Wiki: Outdoor lighting

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==Lighting types=The available lighting types are covered in the [[Lighting]] article. The types most often used outdoors are [[filament lamp]], linear [[halogen]], [[CFL]] and [[Discharge lighting|sodium]]. [[LED]]s are now becoming a realistic option too for city gardens. * Low pressure sodium ** extremely high energy efficiency ** pure yellow light ** 9 minute warmup time so only for photocell use * High pressure sodium ** very high energy efficiency ** golden orange light ** slow warmup, so only for photocell use. * White sodium ** a variation of HPS. Whitish light, but lamp colours tend not to match each other well. Good where one is used, less so where more are used. * HID ** very high efficiency ** good white light, but pick the right colour temperature bulb. ** lamps can explode at end of life. * Linear fluorescent ** very high efficiency ** can be fitted under soffits, but not very warm & homely. ** Pick an electronic ballast suitable for sub-zero starting. ** Can be used on PIR, tube life suffers quite a bit in hours, but not in days of use. * CFL ** medium to high energy efficiency ** Light output can be reduced and warmup time prolonged in subzero weather. Lamps immune to this are available. ** PIR use reduces bulb life * LED ** high energy efficiency ** Light quality tends to be cold ** Some LEDs fade with use ** Various colours available for parties etc * Mercury ** horribly cold white light ** medium energy efficiency ** obsolescent * Halogen, linear ** low energy efficiency ** often far too bright * Halogen reflector lamps, low voltage ** can light individual trees & other features ** don't overdo the wattage, 50w is generally excessive outdoors * Halogen reflector lamps, mains ** as above but lamps fail easier & earlier and produce less light. ** Best avoided. * Filament ** lowest energy efficiency, high run cost if kept on. Best only used on a PIR because of this.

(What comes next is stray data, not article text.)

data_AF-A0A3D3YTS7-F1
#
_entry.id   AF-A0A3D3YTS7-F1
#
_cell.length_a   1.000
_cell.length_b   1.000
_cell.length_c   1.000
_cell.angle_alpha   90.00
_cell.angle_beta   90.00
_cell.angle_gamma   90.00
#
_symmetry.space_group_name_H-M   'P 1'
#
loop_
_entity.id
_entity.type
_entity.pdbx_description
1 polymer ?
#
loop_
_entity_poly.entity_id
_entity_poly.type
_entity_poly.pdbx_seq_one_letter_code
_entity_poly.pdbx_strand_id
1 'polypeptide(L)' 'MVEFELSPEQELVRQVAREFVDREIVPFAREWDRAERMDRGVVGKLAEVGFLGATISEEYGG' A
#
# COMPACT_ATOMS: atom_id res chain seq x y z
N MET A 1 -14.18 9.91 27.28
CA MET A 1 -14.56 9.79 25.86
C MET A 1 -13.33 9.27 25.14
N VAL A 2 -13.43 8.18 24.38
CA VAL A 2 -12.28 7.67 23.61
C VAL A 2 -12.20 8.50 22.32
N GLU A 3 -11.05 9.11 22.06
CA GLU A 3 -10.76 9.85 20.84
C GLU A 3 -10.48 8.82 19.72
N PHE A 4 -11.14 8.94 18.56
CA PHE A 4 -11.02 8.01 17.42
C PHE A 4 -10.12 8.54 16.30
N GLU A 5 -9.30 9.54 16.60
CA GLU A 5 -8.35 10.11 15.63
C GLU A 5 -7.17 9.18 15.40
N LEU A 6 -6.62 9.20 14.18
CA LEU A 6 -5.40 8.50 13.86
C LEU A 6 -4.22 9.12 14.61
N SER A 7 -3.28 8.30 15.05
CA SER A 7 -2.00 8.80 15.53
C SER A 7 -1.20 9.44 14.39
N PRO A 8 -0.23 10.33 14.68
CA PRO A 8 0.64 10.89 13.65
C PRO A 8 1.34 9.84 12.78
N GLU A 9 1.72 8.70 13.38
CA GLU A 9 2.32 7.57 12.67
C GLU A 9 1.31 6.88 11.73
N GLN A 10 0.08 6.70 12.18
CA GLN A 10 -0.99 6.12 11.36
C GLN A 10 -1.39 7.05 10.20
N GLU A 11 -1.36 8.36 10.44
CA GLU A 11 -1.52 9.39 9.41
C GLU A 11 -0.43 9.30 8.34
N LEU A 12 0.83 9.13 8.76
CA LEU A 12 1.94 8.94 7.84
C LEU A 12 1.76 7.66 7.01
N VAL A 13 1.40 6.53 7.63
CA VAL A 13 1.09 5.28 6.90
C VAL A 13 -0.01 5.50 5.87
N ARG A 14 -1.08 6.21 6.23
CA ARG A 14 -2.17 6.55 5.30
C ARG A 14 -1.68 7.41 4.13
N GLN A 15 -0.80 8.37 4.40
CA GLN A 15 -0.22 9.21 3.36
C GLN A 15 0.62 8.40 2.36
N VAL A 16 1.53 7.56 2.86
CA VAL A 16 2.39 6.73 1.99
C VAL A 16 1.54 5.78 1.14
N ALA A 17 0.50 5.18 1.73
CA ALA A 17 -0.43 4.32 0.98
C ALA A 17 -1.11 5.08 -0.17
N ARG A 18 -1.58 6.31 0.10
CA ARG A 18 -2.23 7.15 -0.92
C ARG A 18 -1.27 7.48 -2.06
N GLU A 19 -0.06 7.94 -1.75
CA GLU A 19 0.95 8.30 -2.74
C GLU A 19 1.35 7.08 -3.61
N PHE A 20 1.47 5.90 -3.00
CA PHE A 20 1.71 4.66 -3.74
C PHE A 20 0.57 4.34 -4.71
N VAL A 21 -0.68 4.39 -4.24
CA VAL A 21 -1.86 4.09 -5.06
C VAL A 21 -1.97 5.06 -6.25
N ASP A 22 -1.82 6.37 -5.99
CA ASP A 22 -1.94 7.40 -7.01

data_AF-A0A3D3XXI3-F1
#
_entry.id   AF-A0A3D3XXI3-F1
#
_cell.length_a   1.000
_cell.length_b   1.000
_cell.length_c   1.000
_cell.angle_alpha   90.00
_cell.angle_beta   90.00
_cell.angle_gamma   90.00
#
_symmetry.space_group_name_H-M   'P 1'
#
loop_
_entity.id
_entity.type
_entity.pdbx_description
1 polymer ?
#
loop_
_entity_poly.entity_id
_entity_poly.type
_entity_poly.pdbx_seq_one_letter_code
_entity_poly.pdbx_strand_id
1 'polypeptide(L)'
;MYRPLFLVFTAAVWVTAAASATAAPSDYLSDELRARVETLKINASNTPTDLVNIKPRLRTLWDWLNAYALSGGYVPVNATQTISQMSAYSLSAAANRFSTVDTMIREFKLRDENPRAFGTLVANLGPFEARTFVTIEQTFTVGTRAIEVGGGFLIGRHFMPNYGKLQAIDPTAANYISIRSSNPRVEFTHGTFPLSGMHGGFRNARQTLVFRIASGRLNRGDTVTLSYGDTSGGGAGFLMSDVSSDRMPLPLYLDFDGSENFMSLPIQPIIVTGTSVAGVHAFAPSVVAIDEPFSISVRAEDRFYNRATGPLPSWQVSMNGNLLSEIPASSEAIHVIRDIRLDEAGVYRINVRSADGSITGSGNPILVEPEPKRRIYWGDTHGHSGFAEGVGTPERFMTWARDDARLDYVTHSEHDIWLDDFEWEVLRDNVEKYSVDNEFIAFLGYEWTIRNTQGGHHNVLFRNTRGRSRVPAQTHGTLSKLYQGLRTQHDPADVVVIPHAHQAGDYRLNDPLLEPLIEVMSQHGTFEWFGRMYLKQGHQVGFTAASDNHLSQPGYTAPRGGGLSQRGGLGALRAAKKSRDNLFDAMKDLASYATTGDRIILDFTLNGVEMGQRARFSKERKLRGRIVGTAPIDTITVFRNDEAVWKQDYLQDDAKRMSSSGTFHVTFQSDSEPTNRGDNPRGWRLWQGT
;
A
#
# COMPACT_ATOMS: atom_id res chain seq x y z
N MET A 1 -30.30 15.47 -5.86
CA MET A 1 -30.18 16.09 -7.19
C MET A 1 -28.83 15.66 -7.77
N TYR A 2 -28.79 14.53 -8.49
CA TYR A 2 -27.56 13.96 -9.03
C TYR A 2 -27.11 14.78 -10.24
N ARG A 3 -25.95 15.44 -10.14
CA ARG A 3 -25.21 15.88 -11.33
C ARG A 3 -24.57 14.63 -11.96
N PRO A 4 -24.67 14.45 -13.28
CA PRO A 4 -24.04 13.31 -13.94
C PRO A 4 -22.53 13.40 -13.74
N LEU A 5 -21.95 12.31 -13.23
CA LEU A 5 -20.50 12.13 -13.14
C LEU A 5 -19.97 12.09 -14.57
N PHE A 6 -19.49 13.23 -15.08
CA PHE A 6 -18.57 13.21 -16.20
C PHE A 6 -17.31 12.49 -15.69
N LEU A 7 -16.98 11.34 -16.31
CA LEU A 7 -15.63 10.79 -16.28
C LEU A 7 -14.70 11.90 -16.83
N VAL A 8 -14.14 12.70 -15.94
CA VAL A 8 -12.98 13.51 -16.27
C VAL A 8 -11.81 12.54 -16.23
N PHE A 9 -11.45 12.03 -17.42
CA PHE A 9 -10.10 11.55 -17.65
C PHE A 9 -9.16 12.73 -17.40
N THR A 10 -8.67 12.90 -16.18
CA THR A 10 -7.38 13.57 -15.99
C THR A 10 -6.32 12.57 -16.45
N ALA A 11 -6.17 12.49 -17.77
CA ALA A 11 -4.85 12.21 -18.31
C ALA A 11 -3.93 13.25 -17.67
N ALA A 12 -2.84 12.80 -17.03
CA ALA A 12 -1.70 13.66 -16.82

==Control methods====Switch==Lights get left on by mistake, and the switch is often not where you need it. Wasteful of energy & money, inconvenient, and a trip hazard. Pets paws can be badly injured by being trodden on in the dark.
===PIR==PIRs (passive infra-red) detect the movement of warm bodies, and switch off after a short time of no detected movement. These are usually the best option for outdoor lighting, but like anything they have their issues.
* detector angle & positioning
The switching device in a PIR is either a relay or a triac. Triacs are a bit cheaper, but are prone to being killed when a filament lamp blows (halogens included). Also triac PIRs tend to not behave ok with CFLs. Relays click when switching, triacs are silent.
* extending pir range, how the lenses work
===Timer==As dawn & dusk times varies considerably, timers are wasteful of energy, and the unnecessary on time reduces lamp life in days (though not in hours). Timers should be replaced with a photocell when a light needs to be on all night, or with a PIR when the lamp type and application are suitable for that.
===Photocell==Switches on when it gets dark, switches off when it gets light. Take care over setting the light level switching points, they're often left set way off. Clean the light detecting cover occasionally.
Photocells run lamps much more of the time than PIRs, and a PIR is preferable when suitable.